School lunch gap, service contracts among topics for SCS Finance Committee

Discussions regarding school lunches, budget amendments and renewal of service contracts were among the topics for the finance committee of Stanly County Schools Tuesday night.

Mandy Melton, nutrition director, spoke to the committee regarding the Community Eligibility Provision (CEP), a federal program allowing schools to provide free breakfast and lunch for students without households having to apply for them.

Melton said one grouping of schools, Albemarle Middle and East Albemarle, will expire from the program in the 2021-22 school year.

Stanly Academy has qualified for CEP but will expire next school year, while Central Elementary is at 58.95 percent, which is just below the 62.5 percent mark for a school to be fully paid.

Melton said last year, the board chose to cover the remaining costs for Central.

The percentages as a whole of free lunches have all gone down, she added. She estimates the gap between what is funded by the state and what the county will need at around $17,000.

Last year’s gap was slightly lower and this year. The county paid $14,276 from August to March to supplement the program before schools went out due to COVID-19.

She said CEP “was a great program but a slippery slope because once it’s started, as it has been here, it’s expected. It’s something that can change every four years.”

Board member Anthony Graves said he will recommend to continue the money for this year but looking forward to next year he wanted to know what the financial impact would be.

Melton said since child nutrition is in its own self-sustaining fund, school systems can not go into the next year with a negative boundary. Schools are billed for any unpaid balances and must pay the money out of their own instructional money.

She did praise private donations of $10,000 to paying those debts but the schools as a whole still owed a balance of approximately $13,000.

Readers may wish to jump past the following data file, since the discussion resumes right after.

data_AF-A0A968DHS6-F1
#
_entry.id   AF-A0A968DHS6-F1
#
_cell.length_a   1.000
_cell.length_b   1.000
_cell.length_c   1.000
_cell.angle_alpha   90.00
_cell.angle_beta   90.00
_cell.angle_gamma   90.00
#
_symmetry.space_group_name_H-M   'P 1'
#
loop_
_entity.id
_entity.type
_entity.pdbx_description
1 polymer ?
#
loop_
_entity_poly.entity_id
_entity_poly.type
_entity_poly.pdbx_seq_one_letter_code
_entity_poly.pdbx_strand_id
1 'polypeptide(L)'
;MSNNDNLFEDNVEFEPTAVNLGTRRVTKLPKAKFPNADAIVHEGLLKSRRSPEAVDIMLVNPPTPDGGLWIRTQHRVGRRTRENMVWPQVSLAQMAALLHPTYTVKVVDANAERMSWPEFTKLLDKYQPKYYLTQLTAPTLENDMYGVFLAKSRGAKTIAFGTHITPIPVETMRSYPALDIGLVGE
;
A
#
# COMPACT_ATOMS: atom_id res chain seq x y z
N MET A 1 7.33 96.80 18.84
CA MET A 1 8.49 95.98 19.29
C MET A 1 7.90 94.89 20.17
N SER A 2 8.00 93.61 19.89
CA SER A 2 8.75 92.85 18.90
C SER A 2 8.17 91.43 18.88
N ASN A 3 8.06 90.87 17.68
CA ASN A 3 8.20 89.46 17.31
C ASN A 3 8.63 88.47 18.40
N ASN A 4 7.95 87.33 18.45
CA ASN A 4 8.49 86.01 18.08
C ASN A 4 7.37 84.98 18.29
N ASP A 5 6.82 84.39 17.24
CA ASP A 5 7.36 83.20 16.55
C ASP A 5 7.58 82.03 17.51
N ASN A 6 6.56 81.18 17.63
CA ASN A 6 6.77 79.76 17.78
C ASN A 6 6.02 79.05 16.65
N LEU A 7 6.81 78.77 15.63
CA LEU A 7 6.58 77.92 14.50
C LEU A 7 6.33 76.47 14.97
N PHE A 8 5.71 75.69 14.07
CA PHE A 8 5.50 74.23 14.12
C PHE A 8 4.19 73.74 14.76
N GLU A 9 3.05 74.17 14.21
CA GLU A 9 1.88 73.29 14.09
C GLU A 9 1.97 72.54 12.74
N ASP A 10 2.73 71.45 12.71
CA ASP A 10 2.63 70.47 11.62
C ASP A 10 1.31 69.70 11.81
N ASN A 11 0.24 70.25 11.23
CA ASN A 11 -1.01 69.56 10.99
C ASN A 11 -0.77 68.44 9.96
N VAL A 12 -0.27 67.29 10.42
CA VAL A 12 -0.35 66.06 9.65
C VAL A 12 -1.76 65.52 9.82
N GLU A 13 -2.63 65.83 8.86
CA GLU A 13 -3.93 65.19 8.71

Some parents will just not apply for free or reduced lunch, Melton said, adding some families do not apply and leave “high balances” at those schools.

The process to apply Melton said is simple: either one page on paper or online giving families numerous ways to list their income.

When Graves asked about social workers helping people to file those forms, Melton said they have had workers to offer but people have refused.

Social Security numbers are also not required to apply for free lunch, she added. Melton said children are not denied meals and are fed no matter what.

The full school board will have to approve the motion.

The committee passed recommendations for several budget amendments recommended by Finance Director Terry Dudney reflecting increases in revenue to several of the funds.

At a special called meeting Wednesday, the amendments were approved.

Another topic covered by the committee was to put a hold on the renewal of service contracts.

Committee Chairman Jeff Chance said given the fact the board does not have a firm figure from the county in terms of money, along with money coming in from the federal CARES act regarding COVID-19, he believes SCS should hold off on any renewal of non-essential contracts.

The committee asked Dudney to get a list of the contracts. Dudney said it is necessary to see if any of those contracts are required to be continued without a 90-day notice or other formalities.

Some concerns were expressed for the amount of money given to SCS’s lawyer, Mark Lowder. Chance said the budget was for $18,000 but he had been paid closer to $80,000.

Superintendent Dr. Jeff James said he had not signed off on that, but it was possible something like a land purchase could have gone around him, which did not require his signature.

Dudney said the number paid to Lowder was $80,000, but Chance suggested a land purchase SCS made which was around $60,000 may have directly gone to Lowder as part of a trust for the lawyer to pass on to the sellers. The finance director said he would work to confirm that assertion.